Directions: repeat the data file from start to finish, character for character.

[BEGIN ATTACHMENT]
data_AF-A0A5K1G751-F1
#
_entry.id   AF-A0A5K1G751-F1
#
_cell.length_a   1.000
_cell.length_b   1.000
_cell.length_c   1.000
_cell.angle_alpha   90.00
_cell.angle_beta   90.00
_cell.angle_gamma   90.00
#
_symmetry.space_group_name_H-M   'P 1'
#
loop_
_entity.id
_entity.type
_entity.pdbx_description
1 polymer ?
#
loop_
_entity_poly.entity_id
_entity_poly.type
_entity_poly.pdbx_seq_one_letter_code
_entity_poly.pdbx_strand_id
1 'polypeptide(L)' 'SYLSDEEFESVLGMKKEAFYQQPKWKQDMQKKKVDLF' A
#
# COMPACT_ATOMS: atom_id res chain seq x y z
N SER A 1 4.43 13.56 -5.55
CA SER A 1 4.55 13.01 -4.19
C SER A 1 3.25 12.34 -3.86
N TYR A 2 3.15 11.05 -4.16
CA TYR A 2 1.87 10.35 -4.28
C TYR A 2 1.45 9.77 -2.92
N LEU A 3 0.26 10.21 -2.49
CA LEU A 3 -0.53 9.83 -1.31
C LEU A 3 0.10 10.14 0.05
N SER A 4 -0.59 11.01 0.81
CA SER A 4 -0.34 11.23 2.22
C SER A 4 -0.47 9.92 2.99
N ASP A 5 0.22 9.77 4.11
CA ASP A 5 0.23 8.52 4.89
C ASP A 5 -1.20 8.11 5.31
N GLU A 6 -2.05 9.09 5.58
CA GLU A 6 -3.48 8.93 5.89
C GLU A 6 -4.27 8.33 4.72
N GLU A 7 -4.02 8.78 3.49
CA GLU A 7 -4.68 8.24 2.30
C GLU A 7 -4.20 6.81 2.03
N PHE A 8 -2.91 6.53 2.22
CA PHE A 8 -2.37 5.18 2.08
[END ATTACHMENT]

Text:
data_AF-A0A5K1G751-F1
#
_entry.id   AF-A0A5K1G751-F1
#
_cell.length_a   1.000
_cell.length_b   1.000
_cell.length_c   1.000
_cell.angle_alpha   90.00
_cell.angle_beta   90.00
_cell.angle_gamma   90.00
#
_symmetry.space_group_name_H-M   'P 1'
#
loop_
_entity.id
_entity.type
_entity.pdbx_description
1 polymer ?
#
loop_
_entity_poly.entity_id
_entity_poly.type
_entity_poly.pdbx_seq_one_letter_code
_entity_poly.pdbx_strand_id
1 'polypeptide(L)' 'SYLSDEEFESVLGMKKEAFYQQPKWKQDMQKKKVDLF' A
#
# COMPACT_ATOMS: atom_id res chain seq x y z
N SER A 1 4.43 13.56 -5.55
CA SER A 1 4.55 13.01 -4.19
C SER A 1 3.25 12.34 -3.86
N TYR A 2 3.15 11.05 -4.16
CA TYR A 2 1.87 10.35 -4.28
C TYR A 2 1.45 9.77 -2.92
N LEU A 3 0.26 10.21 -2.49
CA LEU A 3 -0.53 9.83 -1.31
C LEU A 3 0.10 10.14 0.05
N SER A 4 -0.59 11.01 0.81
CA SER A 4 -0.34 11.23 2.22
C SER A 4 -0.47 9.92 2.99
N ASP A 5 0.22 9.77 4.11
CA ASP A 5 0.23 8.52 4.89
C ASP A 5 -1.20 8.11 5.31
N GLU A 6 -2.05 9.09 5.58
CA GLU A 6 -3.48 8.93 5.89
C GLU A 6 -4.27 8.33 4.72
N GLU A 7 -4.02 8.78 3.49
CA GLU A 7 -4.68 8.24 2.30
C GLU A 7 -4.20 6.81 2.03
N PHE A 8 -2.91 6.53 2.22
CA PHE A 8 -2.37 5.18 2.08